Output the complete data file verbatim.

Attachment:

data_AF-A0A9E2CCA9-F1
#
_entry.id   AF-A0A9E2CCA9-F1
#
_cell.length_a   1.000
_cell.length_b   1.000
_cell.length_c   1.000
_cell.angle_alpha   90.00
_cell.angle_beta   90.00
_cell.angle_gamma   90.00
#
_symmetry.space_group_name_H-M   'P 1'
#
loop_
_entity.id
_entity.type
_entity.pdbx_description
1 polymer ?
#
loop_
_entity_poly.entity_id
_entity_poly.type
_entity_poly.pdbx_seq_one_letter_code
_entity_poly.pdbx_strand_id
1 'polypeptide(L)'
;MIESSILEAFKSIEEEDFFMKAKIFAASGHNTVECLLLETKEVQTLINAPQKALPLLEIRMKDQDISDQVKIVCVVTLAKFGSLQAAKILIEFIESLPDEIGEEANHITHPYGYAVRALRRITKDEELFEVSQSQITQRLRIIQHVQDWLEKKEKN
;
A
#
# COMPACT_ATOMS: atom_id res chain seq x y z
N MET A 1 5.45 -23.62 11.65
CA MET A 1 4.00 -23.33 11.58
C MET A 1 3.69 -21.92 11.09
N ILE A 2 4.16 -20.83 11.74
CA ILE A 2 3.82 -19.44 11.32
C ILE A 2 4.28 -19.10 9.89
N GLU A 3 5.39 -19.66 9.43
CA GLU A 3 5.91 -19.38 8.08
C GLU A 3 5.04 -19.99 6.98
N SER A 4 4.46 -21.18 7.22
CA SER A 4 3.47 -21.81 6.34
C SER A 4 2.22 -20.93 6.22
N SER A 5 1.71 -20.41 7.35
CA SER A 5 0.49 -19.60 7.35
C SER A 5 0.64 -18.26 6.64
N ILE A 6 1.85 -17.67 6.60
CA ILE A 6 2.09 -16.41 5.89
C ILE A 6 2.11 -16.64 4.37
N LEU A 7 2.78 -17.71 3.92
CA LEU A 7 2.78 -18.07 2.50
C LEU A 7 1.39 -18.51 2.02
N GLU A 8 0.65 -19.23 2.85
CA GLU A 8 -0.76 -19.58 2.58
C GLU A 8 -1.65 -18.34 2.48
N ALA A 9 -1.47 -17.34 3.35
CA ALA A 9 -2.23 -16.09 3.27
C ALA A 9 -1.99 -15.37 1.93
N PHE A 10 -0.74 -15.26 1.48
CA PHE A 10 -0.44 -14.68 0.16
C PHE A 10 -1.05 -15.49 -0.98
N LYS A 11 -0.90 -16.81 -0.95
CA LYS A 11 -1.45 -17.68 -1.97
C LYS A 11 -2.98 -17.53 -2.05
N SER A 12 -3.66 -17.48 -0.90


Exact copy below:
data_AF-A0A9E2CCA9-F1
#
_entry.id   AF-A0A9E2CCA9-F1
#
_cell.length_a   1.000
_cell.length_b   1.000
_cell.length_c   1.000
_cell.angle_alpha   90.00
_cell.angle_beta   90.00
_cell.angle_gamma   90.00
#
_symmetry.space_group_name_H-M   'P 1'
#
loop_
_entity.id
_entity.type
_entity.pdbx_description
1 polymer ?
#
loop_
_entity_poly.entity_id
_entity_poly.type
_entity_poly.pdbx_seq_one_letter_code
_entity_poly.pdbx_strand_id
1 'polypeptide(L)'
;MIESSILEAFKSIEEEDFFMKAKIFAASGHNTVECLLLETKEVQTLINAPQKALPLLEIRMKDQDISDQVKIVCVVTLAKFGSLQAAKILIEFIESLPDEIGEEANHITHPYGYAVRALRRITKDEELFEVSQSQITQRLRIIQHVQDWLEKKEKN
;
A
#
# COMPACT_ATOMS: atom_id res chain seq x y z
N MET A 1 5.45 -23.62 11.65
CA MET A 1 4.00 -23.33 11.58
C MET A 1 3.69 -21.92 11.09
N ILE A 2 4.16 -20.83 11.74
CA ILE A 2 3.82 -19.44 11.32
C ILE A 2 4.28 -19.10 9.89
N GLU A 3 5.39 -19.66 9.43
CA GLU A 3 5.91 -19.38 8.08
C GLU A 3 5.04 -19.99 6.98
N SER A 4 4.46 -21.18 7.22
CA SER A 4 3.47 -21.81 6.34
C SER A 4 2.22 -20.93 6.22
N SER A 5 1.71 -20.41 7.35
CA SER A 5 0.49 -19.60 7.35
C SER A 5 0.64 -18.26 6.64
N ILE A 6 1.85 -17.67 6.60
CA ILE A 6 2.09 -16.41 5.89
C ILE A 6 2.11 -16.64 4.37
N LEU A 7 2.78 -17.71 3.92
CA LEU A 7 2.78 -18.07 2.50
C LEU A 7 1.39 -18.51 2.02
N GLU A 8 0.65 -19.23 2.85
CA GLU A 8 -0.76 -19.58 2.58
C GLU A 8 -1.65 -18.34 2.48
N ALA A 9 -1.47 -17.34 3.35
CA ALA A 9 -2.23 -16.09 3.27
C ALA A 9 -1.99 -15.37 1.93
N PHE A 10 -0.74 -15.26 1.48
CA PHE A 10 -0.44 -14.68 0.16
C PHE A 10 -1.05 -15.49 -0.98
N LYS A 11 -0.90 -16.81 -0.95
CA LYS A 11 -1.45 -17.68 -1.97
C LYS A 11 -2.98 -17.53 -2.05
N SER A 12 -3.66 -17.48 -0.90